Hebrew place names and people’s names often come with stories
By Dov Hartuv
KIBBUTZ NAHAL OZ, Israel — Places and people have their names changed from time to time.
Kibbutz Nahal Oz was originally established as an army outpost in 1951.
At that time the border between the Gaza Strip and Israel was just a ploughed furrow to demark where Egypt ended and Israel began. It was a time of marauding, and the “Fedayeen” caused havoc in the newly established settlements of immigrants all the way to Beersheva.
The Prime Misnister Ben Gurion decided that only a group of army camps that would eventually be civillian settlements would help solve the problem of an unguarded border. The first such army-agricultural outpost was named Nahlaim Aleph ( the number one camp of the Fighting Pioneering Youth) This rather bombastic title was to define youth groups who entered the army together with the intention of developing new Kibbutzim after their army training.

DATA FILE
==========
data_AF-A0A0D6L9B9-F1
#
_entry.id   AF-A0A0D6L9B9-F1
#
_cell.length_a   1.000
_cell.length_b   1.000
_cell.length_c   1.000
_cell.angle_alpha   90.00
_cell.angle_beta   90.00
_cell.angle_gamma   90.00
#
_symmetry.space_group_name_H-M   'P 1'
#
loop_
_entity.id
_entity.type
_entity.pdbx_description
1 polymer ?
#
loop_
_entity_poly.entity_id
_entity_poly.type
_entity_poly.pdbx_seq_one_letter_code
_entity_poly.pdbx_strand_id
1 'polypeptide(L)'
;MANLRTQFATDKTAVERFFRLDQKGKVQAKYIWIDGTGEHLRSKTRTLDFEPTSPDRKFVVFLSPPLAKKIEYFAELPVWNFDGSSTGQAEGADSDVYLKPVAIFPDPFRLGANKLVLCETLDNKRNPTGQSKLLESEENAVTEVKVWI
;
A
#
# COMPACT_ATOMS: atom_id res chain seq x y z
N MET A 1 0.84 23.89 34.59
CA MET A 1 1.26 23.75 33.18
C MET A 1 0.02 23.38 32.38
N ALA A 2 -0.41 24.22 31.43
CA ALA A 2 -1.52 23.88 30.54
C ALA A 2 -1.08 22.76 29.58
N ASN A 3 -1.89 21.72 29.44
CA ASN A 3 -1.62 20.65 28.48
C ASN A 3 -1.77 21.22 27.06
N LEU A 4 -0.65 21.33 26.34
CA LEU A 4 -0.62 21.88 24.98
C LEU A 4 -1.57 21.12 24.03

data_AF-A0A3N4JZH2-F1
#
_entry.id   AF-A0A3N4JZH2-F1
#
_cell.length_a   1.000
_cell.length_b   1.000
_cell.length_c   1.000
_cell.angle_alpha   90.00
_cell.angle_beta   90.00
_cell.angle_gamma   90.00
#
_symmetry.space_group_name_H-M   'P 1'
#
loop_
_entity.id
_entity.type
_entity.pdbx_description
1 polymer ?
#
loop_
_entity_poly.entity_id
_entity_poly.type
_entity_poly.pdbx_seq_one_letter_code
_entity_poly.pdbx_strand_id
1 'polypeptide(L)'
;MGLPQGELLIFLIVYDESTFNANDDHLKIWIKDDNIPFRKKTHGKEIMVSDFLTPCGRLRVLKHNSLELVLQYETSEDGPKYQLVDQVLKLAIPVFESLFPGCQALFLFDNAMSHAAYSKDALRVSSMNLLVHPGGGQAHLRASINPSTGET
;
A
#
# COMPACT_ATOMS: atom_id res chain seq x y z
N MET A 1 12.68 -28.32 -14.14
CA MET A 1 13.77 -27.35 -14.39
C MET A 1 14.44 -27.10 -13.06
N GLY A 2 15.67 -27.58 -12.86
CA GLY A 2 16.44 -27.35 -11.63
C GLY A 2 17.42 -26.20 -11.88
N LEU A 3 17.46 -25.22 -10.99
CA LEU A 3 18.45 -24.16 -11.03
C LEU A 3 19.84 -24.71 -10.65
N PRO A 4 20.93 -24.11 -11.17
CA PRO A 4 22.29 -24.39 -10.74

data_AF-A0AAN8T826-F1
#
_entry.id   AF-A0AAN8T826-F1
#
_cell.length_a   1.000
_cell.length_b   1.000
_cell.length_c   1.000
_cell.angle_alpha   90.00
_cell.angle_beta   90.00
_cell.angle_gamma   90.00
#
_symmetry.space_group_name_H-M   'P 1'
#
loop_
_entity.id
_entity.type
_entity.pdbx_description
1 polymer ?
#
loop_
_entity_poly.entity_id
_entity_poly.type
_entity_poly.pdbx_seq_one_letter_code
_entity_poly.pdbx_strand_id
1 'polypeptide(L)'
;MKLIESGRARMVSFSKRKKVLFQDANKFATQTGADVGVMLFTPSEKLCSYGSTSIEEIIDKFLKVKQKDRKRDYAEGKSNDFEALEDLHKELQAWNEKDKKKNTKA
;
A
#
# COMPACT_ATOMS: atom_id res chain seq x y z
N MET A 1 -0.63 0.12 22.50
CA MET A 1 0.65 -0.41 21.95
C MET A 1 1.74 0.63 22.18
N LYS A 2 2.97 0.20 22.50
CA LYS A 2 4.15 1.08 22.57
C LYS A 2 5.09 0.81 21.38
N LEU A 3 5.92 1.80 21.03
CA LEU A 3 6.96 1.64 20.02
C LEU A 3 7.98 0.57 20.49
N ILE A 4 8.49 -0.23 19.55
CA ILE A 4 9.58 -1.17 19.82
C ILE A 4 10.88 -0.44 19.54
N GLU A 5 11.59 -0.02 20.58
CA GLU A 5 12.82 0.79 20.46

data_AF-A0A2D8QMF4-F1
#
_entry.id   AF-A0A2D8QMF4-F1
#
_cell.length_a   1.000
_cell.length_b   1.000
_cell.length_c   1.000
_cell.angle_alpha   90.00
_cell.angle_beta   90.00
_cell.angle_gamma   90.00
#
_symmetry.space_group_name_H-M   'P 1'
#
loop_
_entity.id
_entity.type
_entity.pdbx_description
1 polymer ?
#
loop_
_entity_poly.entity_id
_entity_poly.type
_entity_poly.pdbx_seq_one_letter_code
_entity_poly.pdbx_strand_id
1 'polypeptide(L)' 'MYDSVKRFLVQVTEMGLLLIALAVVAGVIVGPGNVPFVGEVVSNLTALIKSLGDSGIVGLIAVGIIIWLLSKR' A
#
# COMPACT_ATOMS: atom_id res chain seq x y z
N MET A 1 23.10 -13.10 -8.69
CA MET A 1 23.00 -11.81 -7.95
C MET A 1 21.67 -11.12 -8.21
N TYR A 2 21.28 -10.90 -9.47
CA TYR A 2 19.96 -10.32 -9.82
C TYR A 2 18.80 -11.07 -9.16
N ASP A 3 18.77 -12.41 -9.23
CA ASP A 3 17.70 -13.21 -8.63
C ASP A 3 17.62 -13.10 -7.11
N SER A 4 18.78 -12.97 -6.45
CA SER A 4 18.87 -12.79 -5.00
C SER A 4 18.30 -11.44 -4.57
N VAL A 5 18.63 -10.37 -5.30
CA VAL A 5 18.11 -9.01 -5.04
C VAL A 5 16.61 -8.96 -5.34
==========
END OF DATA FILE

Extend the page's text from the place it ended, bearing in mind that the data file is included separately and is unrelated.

In 1953 a group of such soldiers – men and women in their late teens were “given” this outpost as their future home and it was named Nahal Oz (the strength of the fighting pioneering youth) Now almost 60 years later this thriving kibbutz which has known many tragedies and many joys is the home of three generations of ordinary people who live 800 meters from the border of Gaza.
As it is with places so it is with people. We Wandering Jews have changed our names as we moved from country to country. My great grandfather left Rosein in Lithuania in 1893. Family tradition claims that his surname was Resnik (a man from Rosein) However when he and his large family arrived in New York they were met by someone named Feinberg and so to ease the immigration process they took on the name Feinberg. In 1902 my grandfather and his young family emigrated to Cape Town South Africa. When I came on Aliya to Israel in 1960 I Hebraicized my name from Bernhard Feinberg to Dov Hartuv – a direct translation ……. and so “What’s in a name A rose by any other name would smell as sweet.”
Hartuv is a freelance writer based in Nahal Oz, Israel. part of Jewish Federation of San Diego’s sister region of Sha’ar Hanegev. He may be contacted at email@example.com
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